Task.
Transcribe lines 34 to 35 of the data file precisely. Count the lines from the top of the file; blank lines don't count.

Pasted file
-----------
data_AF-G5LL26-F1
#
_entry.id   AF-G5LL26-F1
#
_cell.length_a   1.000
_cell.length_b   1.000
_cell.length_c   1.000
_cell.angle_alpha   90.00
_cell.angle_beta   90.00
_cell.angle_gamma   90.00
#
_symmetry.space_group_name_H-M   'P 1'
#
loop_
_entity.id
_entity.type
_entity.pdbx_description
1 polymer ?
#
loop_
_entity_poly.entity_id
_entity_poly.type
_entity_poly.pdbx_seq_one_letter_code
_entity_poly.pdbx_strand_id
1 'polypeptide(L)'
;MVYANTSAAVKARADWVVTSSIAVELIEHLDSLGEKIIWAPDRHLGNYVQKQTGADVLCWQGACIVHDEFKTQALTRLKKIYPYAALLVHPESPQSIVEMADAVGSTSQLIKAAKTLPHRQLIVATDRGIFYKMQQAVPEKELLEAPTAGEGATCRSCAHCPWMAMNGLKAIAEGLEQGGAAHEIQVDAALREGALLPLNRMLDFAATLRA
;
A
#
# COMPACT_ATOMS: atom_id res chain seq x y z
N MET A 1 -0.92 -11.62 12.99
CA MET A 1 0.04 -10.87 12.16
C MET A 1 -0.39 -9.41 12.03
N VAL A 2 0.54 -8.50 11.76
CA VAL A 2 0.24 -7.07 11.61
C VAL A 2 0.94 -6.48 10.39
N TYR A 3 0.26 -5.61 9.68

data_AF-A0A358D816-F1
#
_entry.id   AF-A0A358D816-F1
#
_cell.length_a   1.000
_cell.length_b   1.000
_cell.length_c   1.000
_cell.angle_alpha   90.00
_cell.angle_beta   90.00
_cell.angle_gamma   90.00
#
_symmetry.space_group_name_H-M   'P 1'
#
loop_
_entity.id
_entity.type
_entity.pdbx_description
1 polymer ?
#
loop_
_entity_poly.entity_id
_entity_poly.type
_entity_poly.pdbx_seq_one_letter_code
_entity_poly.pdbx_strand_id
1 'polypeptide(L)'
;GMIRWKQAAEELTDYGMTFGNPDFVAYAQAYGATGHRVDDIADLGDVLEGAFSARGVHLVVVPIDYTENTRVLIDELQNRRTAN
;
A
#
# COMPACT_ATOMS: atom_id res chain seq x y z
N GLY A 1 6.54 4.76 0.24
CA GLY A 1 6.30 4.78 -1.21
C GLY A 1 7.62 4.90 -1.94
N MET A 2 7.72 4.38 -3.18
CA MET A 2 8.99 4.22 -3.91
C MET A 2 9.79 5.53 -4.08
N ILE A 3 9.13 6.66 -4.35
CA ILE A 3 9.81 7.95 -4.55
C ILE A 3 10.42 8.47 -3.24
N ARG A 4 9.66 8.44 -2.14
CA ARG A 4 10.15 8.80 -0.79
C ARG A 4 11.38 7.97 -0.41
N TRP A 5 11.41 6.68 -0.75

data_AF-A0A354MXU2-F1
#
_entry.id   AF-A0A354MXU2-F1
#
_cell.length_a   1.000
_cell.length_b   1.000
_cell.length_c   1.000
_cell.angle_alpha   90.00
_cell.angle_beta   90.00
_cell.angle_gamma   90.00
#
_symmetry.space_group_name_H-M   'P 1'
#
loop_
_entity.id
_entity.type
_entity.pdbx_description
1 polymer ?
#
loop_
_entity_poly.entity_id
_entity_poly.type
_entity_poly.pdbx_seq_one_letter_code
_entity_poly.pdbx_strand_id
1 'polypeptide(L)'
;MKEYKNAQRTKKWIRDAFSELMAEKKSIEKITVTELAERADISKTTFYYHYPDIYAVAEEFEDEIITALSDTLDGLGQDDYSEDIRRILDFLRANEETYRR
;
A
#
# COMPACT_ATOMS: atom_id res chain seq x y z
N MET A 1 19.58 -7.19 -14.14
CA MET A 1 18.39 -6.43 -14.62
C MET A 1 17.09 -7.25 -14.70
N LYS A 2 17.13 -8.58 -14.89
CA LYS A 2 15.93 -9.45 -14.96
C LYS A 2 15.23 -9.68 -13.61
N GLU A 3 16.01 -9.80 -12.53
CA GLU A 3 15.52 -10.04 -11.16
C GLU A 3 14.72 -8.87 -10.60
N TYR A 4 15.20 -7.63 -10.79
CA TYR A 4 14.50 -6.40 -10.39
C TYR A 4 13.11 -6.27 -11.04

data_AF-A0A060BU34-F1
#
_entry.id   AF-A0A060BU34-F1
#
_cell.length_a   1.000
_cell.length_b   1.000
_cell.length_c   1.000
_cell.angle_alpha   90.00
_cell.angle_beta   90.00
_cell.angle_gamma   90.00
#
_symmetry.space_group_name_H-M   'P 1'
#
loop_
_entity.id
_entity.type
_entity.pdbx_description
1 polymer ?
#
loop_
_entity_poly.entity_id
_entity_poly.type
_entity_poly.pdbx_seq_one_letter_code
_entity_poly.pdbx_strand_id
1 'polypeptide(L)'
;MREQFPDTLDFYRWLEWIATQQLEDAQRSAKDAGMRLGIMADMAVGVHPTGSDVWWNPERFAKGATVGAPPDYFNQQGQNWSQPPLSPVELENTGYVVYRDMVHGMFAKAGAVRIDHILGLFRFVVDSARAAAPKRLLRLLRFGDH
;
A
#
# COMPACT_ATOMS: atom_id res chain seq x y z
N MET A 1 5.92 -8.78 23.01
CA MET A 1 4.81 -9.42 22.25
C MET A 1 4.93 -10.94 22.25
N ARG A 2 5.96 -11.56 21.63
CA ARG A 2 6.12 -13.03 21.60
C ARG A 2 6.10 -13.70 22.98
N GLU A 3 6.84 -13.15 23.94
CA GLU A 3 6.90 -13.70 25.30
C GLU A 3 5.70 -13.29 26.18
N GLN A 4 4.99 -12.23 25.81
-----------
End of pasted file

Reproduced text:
N VAL A 2 0.54 -8.50 11.76
CA VAL A 2 0.24 -7.07 11.61